One of the most ground-breaking aspects of the film is that not only did it feature disabled actors, but Zeno Mountain Farm’s entire behind-the-scenes development and production crew consisted of people with and without disabilities.
“From writing the script to recording the music, to our days on set and marketing meetings, this film was created entirely by people with and without disabilities working together,” explained Leah Romond, one of the producers. “Best Summer Ever is a product of the collective effort, creativity, and talent of people with a variety of lived experiences. We process information, communicate, move, and just generally experience the world in ways that are unique. I can’t think of a better recipe for a team embarking on a creative endeavor together.”
Measures like these demonstrate the commitment to authentic representation seldom seen in larger Hollywood productions. In what has to be a cinematic record, every scene features disabled talent across multiple demographical lines. Seeing the diversity of the cast serves as a sharp reminder of Hollywood’s history of gatekeeping and the work that independent filmmakers do to counter the exclusionary practices of major studios. More importantly, it’s refreshing to see a film with a majority-disabled cast be upbeat and wholesome and not rely on “trauma porn” to entertain the public.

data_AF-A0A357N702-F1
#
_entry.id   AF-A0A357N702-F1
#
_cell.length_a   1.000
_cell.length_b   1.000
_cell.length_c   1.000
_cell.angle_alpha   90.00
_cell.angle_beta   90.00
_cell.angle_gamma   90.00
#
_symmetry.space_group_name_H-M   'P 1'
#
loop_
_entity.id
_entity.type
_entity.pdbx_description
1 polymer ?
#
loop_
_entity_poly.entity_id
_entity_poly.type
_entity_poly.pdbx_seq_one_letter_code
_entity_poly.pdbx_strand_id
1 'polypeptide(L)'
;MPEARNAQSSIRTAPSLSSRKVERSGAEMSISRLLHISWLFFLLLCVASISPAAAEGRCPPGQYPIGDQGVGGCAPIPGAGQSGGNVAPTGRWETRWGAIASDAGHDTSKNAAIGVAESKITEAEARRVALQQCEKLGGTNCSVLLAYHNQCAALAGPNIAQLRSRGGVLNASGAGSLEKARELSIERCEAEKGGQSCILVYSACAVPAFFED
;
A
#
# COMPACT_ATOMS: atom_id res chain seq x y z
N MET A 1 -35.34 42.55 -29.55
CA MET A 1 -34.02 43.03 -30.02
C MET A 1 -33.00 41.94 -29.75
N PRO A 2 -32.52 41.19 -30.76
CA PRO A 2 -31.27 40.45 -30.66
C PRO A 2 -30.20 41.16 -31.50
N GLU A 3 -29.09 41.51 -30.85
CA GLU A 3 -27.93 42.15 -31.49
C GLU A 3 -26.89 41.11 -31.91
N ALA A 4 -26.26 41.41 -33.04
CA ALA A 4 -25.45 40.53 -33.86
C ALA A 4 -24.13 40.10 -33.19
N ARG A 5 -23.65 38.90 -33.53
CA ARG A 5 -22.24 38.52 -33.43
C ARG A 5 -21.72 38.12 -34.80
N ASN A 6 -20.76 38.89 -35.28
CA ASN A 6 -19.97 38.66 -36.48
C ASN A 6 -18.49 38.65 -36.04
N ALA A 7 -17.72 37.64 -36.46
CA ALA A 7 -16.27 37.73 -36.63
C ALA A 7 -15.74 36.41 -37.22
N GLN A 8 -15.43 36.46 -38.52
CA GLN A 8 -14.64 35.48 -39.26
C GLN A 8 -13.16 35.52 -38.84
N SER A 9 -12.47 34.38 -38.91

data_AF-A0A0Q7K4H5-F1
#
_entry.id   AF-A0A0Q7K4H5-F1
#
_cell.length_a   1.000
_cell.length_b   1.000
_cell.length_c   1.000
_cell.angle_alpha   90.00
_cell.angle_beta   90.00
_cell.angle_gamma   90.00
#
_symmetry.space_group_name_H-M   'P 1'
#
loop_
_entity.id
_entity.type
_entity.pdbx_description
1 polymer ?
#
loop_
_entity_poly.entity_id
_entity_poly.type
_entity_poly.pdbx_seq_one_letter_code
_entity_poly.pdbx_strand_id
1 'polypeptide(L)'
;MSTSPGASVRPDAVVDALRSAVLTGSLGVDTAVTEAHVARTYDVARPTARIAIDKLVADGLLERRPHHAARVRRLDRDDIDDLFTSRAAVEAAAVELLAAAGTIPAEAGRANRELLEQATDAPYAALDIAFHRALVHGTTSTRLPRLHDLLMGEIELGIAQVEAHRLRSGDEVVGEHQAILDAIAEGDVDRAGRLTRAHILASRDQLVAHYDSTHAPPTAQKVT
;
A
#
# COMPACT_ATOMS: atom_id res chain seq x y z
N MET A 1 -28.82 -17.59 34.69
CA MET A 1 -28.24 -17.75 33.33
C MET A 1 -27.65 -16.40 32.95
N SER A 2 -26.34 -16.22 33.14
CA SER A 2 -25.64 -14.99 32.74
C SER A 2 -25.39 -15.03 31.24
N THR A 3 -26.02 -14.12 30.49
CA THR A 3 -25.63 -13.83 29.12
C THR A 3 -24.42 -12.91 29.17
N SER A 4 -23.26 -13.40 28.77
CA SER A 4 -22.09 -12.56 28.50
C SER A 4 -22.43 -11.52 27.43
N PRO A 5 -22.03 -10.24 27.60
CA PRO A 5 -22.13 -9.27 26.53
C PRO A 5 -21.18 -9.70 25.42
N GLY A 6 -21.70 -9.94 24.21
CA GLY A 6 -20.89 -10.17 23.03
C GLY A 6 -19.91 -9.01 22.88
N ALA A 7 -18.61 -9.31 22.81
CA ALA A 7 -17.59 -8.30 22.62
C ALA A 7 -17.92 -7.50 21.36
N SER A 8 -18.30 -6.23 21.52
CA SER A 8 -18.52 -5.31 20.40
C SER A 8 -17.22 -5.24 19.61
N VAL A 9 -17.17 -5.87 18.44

The production crew made sure that accessibility and inclusion extended not only behind-the-scenes and on set, but in the way that the actors portrayed their characters to match their own unique personalities.
“What is so unique about Best Summer Ever is that they literally wrote the role around me. So, I was practically being myself throughout the movie,” said Kranking. “I just had to learn my choreography, some stunts, and my lines by reading the script during my free time.”
Kranking’s effervescence as Nancy shines through accompanying the talent who give non-stop upbeat deliveries of Best Summer Ever’s contagious musical numbers.
While the movie is upbeat and wholesome, it also is deceptively subversive. As we peruse the annals of disability representation in cinema, it is nearly impossible to find a film with a disabled lead who is authentically cast and not subjected to 120 minutes of despair caused and exacerbated by their disability. I think it says a lot about me, as a disabled moviegoer and aspiring critic, that I felt on edge watching this film as I was expecting something terrible to happen to Sage because she uses a wheelchair. When that did not happen and her trials and tribulations were based on the personalities of others treating her as an outsider for being the “new girl,” rather than “the new girl with a disability,” I realized that countless films have conditioned me to expect the inherent devaluation of disabled people. This is not the case with Best Summer Ever.
This musical, filled with talented individuals with disabilities, is a must see. I guarantee, after one viewing, you’ll be humming some of the numbers in the shower.
Best Summer Ever is screening as a part of the online edition of the 2021 SXSW Film Festival, which runs March 16-20.